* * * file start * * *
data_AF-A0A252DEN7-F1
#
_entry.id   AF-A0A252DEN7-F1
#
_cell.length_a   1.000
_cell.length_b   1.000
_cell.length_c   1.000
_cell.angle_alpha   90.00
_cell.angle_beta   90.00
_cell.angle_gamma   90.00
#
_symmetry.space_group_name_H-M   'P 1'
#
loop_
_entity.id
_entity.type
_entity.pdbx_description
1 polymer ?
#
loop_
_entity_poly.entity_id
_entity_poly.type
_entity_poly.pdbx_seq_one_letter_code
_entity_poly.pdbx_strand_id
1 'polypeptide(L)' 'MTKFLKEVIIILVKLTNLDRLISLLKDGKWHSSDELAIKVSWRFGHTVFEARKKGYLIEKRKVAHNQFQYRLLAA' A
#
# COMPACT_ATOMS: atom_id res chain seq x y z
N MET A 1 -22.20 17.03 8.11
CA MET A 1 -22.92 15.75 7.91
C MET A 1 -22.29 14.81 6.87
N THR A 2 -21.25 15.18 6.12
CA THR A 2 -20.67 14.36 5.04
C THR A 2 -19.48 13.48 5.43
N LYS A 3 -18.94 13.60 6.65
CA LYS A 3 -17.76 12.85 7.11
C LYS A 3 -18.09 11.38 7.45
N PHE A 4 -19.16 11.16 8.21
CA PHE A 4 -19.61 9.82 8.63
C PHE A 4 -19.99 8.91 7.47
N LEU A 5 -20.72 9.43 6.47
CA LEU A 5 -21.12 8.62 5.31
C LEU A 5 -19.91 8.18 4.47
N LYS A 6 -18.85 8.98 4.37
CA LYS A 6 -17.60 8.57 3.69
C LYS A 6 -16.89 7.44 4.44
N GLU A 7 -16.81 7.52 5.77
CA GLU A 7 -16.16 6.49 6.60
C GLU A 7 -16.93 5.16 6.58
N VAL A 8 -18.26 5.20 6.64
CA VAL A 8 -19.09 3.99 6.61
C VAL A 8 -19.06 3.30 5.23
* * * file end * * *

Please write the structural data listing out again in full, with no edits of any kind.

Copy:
data_AF-A0A252DEN7-F1
#
_entry.id   AF-A0A252DEN7-F1
#
_cell.length_a   1.000
_cell.length_b   1.000
_cell.length_c   1.000
_cell.angle_alpha   90.00
_cell.angle_beta   90.00
_cell.angle_gamma   90.00
#
_symmetry.space_group_name_H-M   'P 1'
#
loop_
_entity.id
_entity.type
_entity.pdbx_description
1 polymer ?
#
loop_
_entity_poly.entity_id
_entity_poly.type
_entity_poly.pdbx_seq_one_letter_code
_entity_poly.pdbx_strand_id
1 'polypeptide(L)' 'MTKFLKEVIIILVKLTNLDRLISLLKDGKWHSSDELAIKVSWRFGHTVFEARKKGYLIEKRKVAHNQFQYRLLAA' A
#
# COMPACT_ATOMS: atom_id res chain seq x y z
N MET A 1 -22.20 17.03 8.11
CA MET A 1 -22.92 15.75 7.91
C MET A 1 -22.29 14.81 6.87
N THR A 2 -21.25 15.18 6.12
CA THR A 2 -20.67 14.36 5.04
C THR A 2 -19.48 13.48 5.43
N LYS A 3 -18.94 13.60 6.65
CA LYS A 3 -17.76 12.85 7.11
C LYS A 3 -18.09 11.38 7.45
N PHE A 4 -19.16 11.16 8.21
CA PHE A 4 -19.61 9.82 8.63
C PHE A 4 -19.99 8.91 7.47
N LEU A 5 -20.72 9.43 6.47
CA LEU A 5 -21.12 8.62 5.31
C LEU A 5 -19.91 8.18 4.47
N LYS A 6 -18.85 8.98 4.37
CA LYS A 6 -17.60 8.57 3.69
C LYS A 6 -16.89 7.44 4.44
N GLU A 7 -16.81 7.52 5.77
CA GLU A 7 -16.16 6.49 6.60
C GLU A 7 -16.93 5.16 6.58
N VAL A 8 -18.26 5.20 6.64
CA VAL A 8 -19.09 3.99 6.61
C VAL A 8 -19.06 3.30 5.23